After making a sensational splash at last month's Rome World Championships, hi-tech swimsuits have now caused a stir in China as a large number of local swimmers have donned them in pursuit of world-class results leading up to next month's National Games, where the garments will be banned.
As teams prepare for the inter-provincial games, many swimmers - mainly from the more prosperous regions, tried out the hi-tech swimsuits at the National Championships, which concluded yesterday at Beijing's Water Cube.
"The hi-tech swimsuits will be banned at the National Games, so we are only competing with them at this event to feel excited with the results," said Qin Bin, leader of the Shanghai team whose members mainly wore the controversial, Italian-made Jaked swimsuit.
The all-polyurethane outfit helped contribute to 43 records being broken at the July 17-Aug 2 World Championships in Rome. The Chinese swimmers, with four gold, two silver and four bronze medals at the event, achieved their second best result at the Worlds in Jaked suits, which are believed to provide greater bouyancy and streamlining.
However, world swimming's governing body, FINA, stepped in and promptly announced that polyurethane swimsuits will be banned at international competitions from next January.
The Chinese Swimming Association (CSA) followed suit and banned the garment from the Shandong National Games, which start on Oct 11.
With the help of the "magic" suits, Shanghai's Ji Liping, a 100m breaststroke finalist at last year's Beijing Olympics, won the gold medal at the National Championships in one minute, 5.32 seconds, a new Asian record and also the second fastest time in the world this year.
"It (the new record) is a good thing for China's swimming," said Luo Xuejuan, China's former world champion and Olympic gold medalist in the event, who watched Ji's performance from the stands. "But due to the factor of the swimsuit it's hard to judge how much the results have been improved. We still have to wait and see next year."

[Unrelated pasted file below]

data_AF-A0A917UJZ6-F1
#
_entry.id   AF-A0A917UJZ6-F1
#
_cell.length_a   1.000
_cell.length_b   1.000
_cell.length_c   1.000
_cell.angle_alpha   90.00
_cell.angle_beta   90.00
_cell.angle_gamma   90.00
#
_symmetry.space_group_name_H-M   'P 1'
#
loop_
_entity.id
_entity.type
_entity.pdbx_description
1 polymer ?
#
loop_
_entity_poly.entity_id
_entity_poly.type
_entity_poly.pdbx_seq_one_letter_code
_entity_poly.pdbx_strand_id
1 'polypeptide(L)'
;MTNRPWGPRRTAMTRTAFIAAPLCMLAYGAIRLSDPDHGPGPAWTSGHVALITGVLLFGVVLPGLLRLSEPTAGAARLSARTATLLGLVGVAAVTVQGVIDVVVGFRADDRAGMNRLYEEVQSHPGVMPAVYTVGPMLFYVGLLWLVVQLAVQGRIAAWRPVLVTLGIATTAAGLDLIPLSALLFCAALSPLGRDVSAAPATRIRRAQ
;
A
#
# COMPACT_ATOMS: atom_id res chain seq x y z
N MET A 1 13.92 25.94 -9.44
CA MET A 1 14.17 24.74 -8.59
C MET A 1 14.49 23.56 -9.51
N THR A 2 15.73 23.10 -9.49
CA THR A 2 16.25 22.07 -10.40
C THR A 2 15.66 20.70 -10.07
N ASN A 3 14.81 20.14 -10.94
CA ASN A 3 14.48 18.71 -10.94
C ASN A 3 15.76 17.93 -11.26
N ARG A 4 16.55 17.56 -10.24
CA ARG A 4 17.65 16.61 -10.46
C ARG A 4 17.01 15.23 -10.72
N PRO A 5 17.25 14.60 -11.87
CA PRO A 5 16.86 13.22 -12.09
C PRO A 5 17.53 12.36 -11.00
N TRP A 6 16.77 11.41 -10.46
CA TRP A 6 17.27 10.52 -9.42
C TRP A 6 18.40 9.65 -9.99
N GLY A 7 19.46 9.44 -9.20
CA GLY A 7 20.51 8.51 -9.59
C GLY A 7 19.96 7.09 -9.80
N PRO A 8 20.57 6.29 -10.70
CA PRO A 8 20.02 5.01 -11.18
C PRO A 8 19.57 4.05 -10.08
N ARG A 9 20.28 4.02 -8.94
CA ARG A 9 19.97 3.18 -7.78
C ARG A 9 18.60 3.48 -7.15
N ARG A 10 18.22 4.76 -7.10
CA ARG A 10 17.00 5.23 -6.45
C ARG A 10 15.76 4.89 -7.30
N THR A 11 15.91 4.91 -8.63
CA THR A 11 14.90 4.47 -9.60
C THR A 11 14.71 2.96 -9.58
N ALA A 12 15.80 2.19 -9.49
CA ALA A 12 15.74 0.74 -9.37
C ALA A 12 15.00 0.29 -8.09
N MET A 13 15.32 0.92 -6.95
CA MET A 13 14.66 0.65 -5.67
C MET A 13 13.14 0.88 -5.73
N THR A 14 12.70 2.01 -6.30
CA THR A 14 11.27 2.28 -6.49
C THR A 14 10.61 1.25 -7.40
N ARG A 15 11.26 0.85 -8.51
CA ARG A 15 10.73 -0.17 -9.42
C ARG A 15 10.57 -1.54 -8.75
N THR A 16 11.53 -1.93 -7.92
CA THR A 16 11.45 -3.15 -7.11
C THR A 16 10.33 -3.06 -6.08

Ji said the result came from her hard work but admitted the suit did help. As did Shanghai's 17-year-old male swimmer, Jiang Haiqi, who claimed a hat-trick by winning the 200m, 400m and 4x200 relay freestyle events, all in personal best times.
The CSA said only three international brands - Speedo, Blubseventy and Nike, as well as some domestic brands can be worn at the National Games.
"The power of each team should be based on the training levels of their swimmers," said Yuan Haoran, a CSA official. "At present, there is no channel for the import of those hi-tech swimsuit in China, so if we allow them to be used, some teams will purchase the hi-tech ones and that's not fair."
The move has gained support from most of the coaches.
"The ban on the hi-tech suits will push the teams to focus more on training and study of the profession," said Chen Yinghong, coach of Zhang Lin, who won China's first men's world title in Rome.
Zhang switched to a Jaked suit after his men's 800m freestyle heats and won gold in a world-record time.
The remarkable results gained by swimmers in Jaked suits caught the attention of the local teams in China and it is believed some asked participants at the Worlds to buy them suits, which cost at least 300 euro apiece (2,930 yuan).
Yuan denies that took place and said the aim of the ban was to avoid the teams unnecessarily wasting money.
"The official sponsor of the Worlds is Speedo, so no other brand was allowed to sell at the Worlds. The rush to purchase Jaked suits in Rome is not true," Yuan told the Beijing Daily. "Those Jaked suits the Chinese swimmers wore were given to them by the manufacturers for free and those suits were collected by the national team. So none were available for the local teams."
Coach Qin said the Jaked suits worn by the Shanghai swimmers were brought by foreign coaches serving the team.
(China Daily September 1, 2009)